Patient doctor relationship: Self Disclosure


An example of disclosure is written in a comment on a recent post by Vicarious Therapy (see comments on empathy). Her pdoc tells her he has Multiple Sclerosis. Apparently the pdoc figured that in this treatment on this moment disclosing his illness was appropriate. Several apparent reasons might contribute to the disclosure. MS has an unpredictable course, symptoms might become visible, his patient was worried.
Another example was from a GP, talking to a patient. The patient was asking how he was doing. The GP disclosed his concerns about his son suffering from Hodgkin Lymphoma. The patient comes up with a certain nutrient he always gave his children who were never ill. Talks about the good health of his family all due to the use of this nutrient leaving the GP in a state of restrained rage.The GP feels neglected by the remarks of his patient, not been given any consolation what so ever.

What is self disclosure?
Physician self disclosure is when the physician shares personal information and/or professional experiences. Personal experience includes statements about the physician’s own family members, living situation, health problems, travel experience, feelings, and political beliefs. Professional experience includes statements about the physician’s practice conditions and interactions with other health care professionals or patients.

The most common mistake in using self disclosure is that the self disclosure is focused more on the physician’s than the patient’s needs. That is also the difference in the two examples above.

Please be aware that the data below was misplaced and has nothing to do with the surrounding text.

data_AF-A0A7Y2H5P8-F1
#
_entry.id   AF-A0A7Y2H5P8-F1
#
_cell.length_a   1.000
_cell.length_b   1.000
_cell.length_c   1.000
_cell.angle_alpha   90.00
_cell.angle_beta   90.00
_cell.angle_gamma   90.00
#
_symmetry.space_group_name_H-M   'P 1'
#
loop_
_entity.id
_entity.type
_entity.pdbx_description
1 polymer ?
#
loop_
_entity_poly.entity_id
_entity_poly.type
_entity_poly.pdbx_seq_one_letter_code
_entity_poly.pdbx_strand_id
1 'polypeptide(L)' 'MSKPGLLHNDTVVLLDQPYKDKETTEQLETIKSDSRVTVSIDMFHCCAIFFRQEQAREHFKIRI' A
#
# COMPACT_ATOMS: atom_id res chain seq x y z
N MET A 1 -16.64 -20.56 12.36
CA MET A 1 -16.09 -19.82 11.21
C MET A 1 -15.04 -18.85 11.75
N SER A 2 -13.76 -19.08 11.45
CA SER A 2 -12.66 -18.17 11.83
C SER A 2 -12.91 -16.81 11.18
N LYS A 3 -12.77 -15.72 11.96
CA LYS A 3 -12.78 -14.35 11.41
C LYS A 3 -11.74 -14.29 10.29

Longer disclosures interrupt the flow of information exchange and expended valuable patient time in the typically time pressured primary care visit.

Sharing strong beliefs or emotions without understanding the patient’s perspective seems risky; a practitioner may unknowingly infuse the dialogue with his or her needs without carefully tying them to the patients’ needs

Other pitfalls in self disclosure e.g when the physician discloses he also has that illness might run the risk of premature reassurance or advice without fully understanding the patient’s experience.This can paradoxically raise patient anxiety. It may also increase the chance of a misdiagnosis if the physician does not distinguish the patient’s clinical situation from his or her own.

In a recent published descriptive study using sequence analysis of transcripts of 113 unannounced, undetected, standardized patient visits to primary care physicians, the authors came to the following conclusion:

There was no evidence of positive effect of physician self disclosure; some appeared disruptive. Primary care physicians should consider when self-disclosing whether other behaviors such as empathy might accomplish their goals more effectively. There are other ways in showing your human side such as with consolation, empathy, compassion and understanding.

Now I am not saying self disclosure is inappropriate. There is always some kind of self disclosure, the photo’s on your desk, the way you dress etc. The most important thing about self disclosure is as little as possible. The next question with self disclosure is how much and always to the benefit of the patient, not the doctor.

What do you think about self disclosure, let me know in the comments

The next post in this series will be next week Wednesday July 30th.

Related posts on this blog in this series:
Can we teach empathy
Consolation reduces stress
MacDaniel, S.H. (2007). Physician Self-disclosure in Primary Care Visits. Archives of Internal Medicine, 167, 1321-1326.